Collapsed buildings and destroyed cities, people fleeing their countries and most tragically the faces of frightened children from Syria, Yemen or South Sudan has become the norm on TV and social media. That is why this year, Control Arms has attempted to shift the focus of First Committee discussions around the Arms Trade Treaty from procedural and administrative issues, towards more substantive matters, particularly around problematic arms transfers from ATT states parties.
To this end, Control Arms hosted an event called Bombs, starvation, and war: the humanitarian crisis in Yemen, co-hosted by the BBC, Human Rights Watch, Oxfam and Saferworld. The event provided detailed reports on the humanitarian crisis in Yemen, and highlighted the role of arms in fueling human rights and humanitarian law violations perpetrated by both conflicting parties. The powerful documentary BBC “Starving Yemen”, produced by Nawal Al-Maghafi, was screened during this event to illustrate these reports and stress to need for urgent action and the immediate halt of arms transfers to the Saudi-led coalition. Following this event, references were made to “Starving Yemen” on October 31st, in the UN Security Council briefing on the Humanitarian Situation in Yemen by both the US (Amb. Power) and Malaysia.
Throughout the month Control Arms hosted ten other side events ranging from movie screenings, roundtable discussions, panels and presentations of our research. At the Report from the ATT Conference of States Parties 2016 and prospects for CSP 2017 hosted on 24 October with Finland and Nigeria, and chaired by New Zealand, Finland shared initial plans towards more substantive work during the third conference, scheduled for 11-15 September 2017 in Geneva while Mexico noted the role of the ATT in ensuring the successful achievement of UN core priorities for disarmament and development, including SDG 16 “which aims to significantly reduce illicit arms flows by 2030”. Control Arms shared “Achieving ATT Universalization in Africa” research paper, which revealed six main reasons why some States in Africa have not yet signed up the Treaty.
Voting on resolution L.29: The Arms Trade Treaty at UN First CommitteeThis year’s “the Arms Treaty Treaty” resolution although focused mostly on procedural issues, it does welcome decisions adopted at the second Conference of States Parties (CSP2016) which will facilitate the Treaty’s implementation. In particular the resolution welcomes the establishment of the working groups on implementation, universalisation, reporting and transparency, the consolidation of the ATT institutional framework, the establishment of the ATT Voluntary Trust Fund and its endorsement of reporting templates. The resolution, introduced by Finland, Mexico and Nigeria and co-sponsored by 93 member states, was adopted this year with 152 votes in favor, no votes against and 28 abstentions.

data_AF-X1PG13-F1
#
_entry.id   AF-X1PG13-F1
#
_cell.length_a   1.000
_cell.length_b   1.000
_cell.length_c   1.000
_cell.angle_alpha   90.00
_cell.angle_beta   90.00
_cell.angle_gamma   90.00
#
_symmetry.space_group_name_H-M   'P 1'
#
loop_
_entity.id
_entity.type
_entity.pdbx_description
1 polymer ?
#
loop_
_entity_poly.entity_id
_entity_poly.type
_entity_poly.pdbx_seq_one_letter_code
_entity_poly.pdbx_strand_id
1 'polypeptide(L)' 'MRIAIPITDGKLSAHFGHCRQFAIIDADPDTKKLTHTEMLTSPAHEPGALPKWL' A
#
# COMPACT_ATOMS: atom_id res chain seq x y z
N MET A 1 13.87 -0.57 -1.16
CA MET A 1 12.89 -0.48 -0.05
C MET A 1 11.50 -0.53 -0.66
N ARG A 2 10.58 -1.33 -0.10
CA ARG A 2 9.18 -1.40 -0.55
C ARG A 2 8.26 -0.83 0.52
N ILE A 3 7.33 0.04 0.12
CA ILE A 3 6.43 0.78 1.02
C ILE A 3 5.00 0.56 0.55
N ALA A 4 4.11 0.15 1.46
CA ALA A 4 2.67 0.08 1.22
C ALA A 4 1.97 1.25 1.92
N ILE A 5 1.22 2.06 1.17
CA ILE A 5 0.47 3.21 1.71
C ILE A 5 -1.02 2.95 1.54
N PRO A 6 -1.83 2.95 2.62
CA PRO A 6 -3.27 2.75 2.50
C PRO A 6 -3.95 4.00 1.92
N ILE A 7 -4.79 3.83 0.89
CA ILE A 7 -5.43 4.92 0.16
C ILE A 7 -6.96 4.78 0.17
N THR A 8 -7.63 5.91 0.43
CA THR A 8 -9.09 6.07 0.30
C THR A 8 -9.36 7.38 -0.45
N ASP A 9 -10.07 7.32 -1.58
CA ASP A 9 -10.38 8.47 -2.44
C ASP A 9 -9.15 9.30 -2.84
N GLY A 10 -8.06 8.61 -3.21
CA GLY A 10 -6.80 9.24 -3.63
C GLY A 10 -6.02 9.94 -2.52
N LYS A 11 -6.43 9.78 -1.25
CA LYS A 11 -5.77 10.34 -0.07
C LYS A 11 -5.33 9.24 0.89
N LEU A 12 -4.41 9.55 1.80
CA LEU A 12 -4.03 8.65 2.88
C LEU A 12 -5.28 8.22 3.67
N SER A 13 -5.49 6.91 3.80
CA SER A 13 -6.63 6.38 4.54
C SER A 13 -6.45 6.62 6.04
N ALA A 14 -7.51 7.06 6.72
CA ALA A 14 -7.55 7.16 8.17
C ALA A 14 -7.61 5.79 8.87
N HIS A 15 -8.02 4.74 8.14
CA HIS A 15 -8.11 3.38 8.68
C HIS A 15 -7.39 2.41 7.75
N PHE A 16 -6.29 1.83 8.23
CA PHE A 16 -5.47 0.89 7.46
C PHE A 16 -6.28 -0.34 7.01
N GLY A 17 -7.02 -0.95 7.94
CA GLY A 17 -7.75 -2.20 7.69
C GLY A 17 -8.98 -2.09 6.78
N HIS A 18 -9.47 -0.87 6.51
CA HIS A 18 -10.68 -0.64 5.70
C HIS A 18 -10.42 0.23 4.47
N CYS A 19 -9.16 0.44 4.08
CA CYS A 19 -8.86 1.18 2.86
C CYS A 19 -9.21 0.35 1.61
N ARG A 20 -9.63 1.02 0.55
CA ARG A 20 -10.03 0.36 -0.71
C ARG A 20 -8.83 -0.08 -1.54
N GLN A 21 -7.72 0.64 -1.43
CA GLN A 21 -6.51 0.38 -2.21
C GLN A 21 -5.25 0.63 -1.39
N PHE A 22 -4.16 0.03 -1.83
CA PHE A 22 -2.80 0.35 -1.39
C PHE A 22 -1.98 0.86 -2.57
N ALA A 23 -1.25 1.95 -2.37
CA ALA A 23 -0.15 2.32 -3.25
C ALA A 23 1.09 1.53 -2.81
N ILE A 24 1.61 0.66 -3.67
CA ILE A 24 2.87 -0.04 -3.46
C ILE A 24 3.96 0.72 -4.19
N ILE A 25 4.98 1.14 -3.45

References to the ATT were made in eleven additional resolutions, most notably in resolution L.37 on “Women, Disarmament, Non-proliferation and Arms Control” which seeks to promote the inclusion of women in disarmament and arms control decision-making processes. Trinidad and Tobago introduced this resolution, and noted that as the first legally binding instrument to recognize the link between disarmament and gender-based violence (GBV), it was essential for the Arms Trade Treaty’s entry into force to be noted in the resolution. The resolution was adopted by consensus after a vote (146-0-24) on preambular paragraph 10.
Positive updates were also provided by ATT States Parties including, Bosnia, Israel, Jamaica, El Salvador, Liberia, Zambia, Ghana and Senegal who developed “appropriate national legislation, capacity building” and regulatory frameworks towards the effective implementation of the ATT at the national level. Importantly, a few governments referenced arms transfers that constitute violations of the ATT. Costa Rica for instance, raised this concern referencing their “impact on civilians particularly in the Middle East and North Africa”. Canada, Turkey and Malaysia reviewed plans to join to the Treaty while Colombia noted the passing of the Treaty’s provisions through Congress, signaling its potential ratification soon.